Cable bends

With regard to required spaces for routing conductors, it is the NESC that is silent. For example, Sec. 341-A-1 of the NESC merely requires "Bending of the supply cable during handling, installation, and operation shall be controlled to avoid damage." There is no specific dimension rule.

On the other hand, Sec. 370-71(b) of the NEC is very specific. A box used for an angle pull, such as the, one shown here, must meet the following dimensions:

(b) For Angle or U Pulls. The distance between each cable or conductor entry inside the box and the opposite wall of the box shall not be less than thirty-six times the outside diameter, over sheath, of the largest cable or conductor. This distance shall be increased for additional entries by the amount of the sum of the outside diameters, over sheath, of all other cables or conductor entries through the same wall of the box.

The distance between a cable or conductor entry and its exit from the box shall be not less than thirty-six times the outside diameter, over sheath, of that cable or conductor.

We think that if this type of requirement is appropriate for bending allowances in the traditional sheet-metal pull box, there is no justification for treating a manhole differently, where it is used for the same purpose. The only difference would be to recognize personnel access and, in doing so, to additionally check that the NESC minimums were observed.

In this case, however, the strict application of this rule leads to a grotesque result that we find difficult to support. Using the formula in the rule based on 2 in. (1/6 ft) diameter cable we end up (rounding up 2-in. to the nearest ft) with a 18-ft by 12-ft manhole (36 x 1/6 ft + 71 x 1/6 ft [approximately equal to] 18 ft; 36 x 1/6 ft + 35 x 1/6 ft [approximately equal to] 12 ft). We note that this section does not correlate with Sec. 370-28(a)(2) for 600V installations and below, which was changed to require considering only the largest single calculated row instead of all the entries on one wall of the box.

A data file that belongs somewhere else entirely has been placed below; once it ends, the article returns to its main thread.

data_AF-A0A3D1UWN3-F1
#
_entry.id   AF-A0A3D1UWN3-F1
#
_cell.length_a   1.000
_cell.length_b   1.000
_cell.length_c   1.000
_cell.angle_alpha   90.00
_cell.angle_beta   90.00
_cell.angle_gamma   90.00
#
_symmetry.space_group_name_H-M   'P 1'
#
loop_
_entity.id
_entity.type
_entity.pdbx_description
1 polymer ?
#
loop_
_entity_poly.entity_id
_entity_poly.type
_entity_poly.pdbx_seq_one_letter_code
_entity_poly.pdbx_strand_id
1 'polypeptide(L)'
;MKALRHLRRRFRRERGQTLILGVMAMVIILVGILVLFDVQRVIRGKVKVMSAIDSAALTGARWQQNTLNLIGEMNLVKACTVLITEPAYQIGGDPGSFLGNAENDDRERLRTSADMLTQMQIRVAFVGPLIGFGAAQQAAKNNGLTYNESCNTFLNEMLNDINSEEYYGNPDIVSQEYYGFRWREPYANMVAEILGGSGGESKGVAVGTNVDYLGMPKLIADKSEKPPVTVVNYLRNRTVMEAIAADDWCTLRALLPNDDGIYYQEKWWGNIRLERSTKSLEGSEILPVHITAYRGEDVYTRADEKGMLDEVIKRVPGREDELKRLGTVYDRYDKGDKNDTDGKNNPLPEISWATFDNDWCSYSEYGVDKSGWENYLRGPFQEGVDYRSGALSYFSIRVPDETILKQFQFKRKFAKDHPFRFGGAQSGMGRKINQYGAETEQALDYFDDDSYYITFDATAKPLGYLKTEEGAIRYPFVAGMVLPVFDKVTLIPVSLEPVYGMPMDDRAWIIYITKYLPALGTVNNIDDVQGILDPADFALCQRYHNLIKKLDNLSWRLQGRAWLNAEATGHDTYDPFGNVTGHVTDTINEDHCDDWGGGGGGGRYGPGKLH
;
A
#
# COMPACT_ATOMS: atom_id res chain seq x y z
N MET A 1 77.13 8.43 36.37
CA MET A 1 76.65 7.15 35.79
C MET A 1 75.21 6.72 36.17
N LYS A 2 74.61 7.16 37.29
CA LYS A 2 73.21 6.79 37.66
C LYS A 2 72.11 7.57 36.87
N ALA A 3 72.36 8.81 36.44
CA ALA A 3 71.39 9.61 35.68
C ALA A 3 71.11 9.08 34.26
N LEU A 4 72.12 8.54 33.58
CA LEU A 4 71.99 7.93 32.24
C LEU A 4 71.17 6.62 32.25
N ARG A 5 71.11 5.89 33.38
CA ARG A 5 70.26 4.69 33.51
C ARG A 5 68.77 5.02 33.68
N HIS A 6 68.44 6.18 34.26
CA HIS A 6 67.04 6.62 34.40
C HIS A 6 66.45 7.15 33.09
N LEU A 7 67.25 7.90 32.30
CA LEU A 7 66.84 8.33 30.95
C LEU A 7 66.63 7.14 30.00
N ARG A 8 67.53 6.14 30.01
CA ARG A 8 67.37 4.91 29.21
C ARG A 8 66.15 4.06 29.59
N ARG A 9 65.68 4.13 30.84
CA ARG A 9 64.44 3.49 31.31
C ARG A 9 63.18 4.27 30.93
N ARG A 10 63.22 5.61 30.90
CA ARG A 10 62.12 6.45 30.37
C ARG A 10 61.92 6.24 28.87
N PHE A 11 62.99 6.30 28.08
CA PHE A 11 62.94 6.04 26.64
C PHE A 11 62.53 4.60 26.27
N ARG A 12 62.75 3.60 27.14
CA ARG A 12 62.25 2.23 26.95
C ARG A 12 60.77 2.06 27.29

If that principle were carried over to this installation, the result would be large but more manageable. If the concept of the largest row also includes the largest column, we would end up (again after rounding up 2 in. to the nearest ft) with a 9-ft by 8-ft manhole (36 x 1/6 ft + 17 x 1/6 ft [approximately equal to] 9 ft; 36 x 1/6 ft + 11 x 1/6 ft [approximately equal to] 8 ft). We think the Authority Having Jurisdiction should be consulted to see whether a waiver in this direction might be entertained. Certainly one could point out the inconsistency with Sec. 370-28(a)(2). Otherwise, there is no alternative to arranging a custom, palatially sized manhole.

Note also, that for medium voltage installations such as this one, the warning-label requirement in Sec. 370-72(e) will apply. The "DANGER HIGH VOLTAGE - KEEP OUT" marking must be added to the manhole cover, in addition or in place of the familiar "ELECTRICAL" marking (Sec. 323-J of the NESC requires this identification but not the warning) on such covers. We are aware that this is seldom done; however, this is in the same subsection that deals with typical manhole covers, recognizing that their weight alone secures them to their enclosures.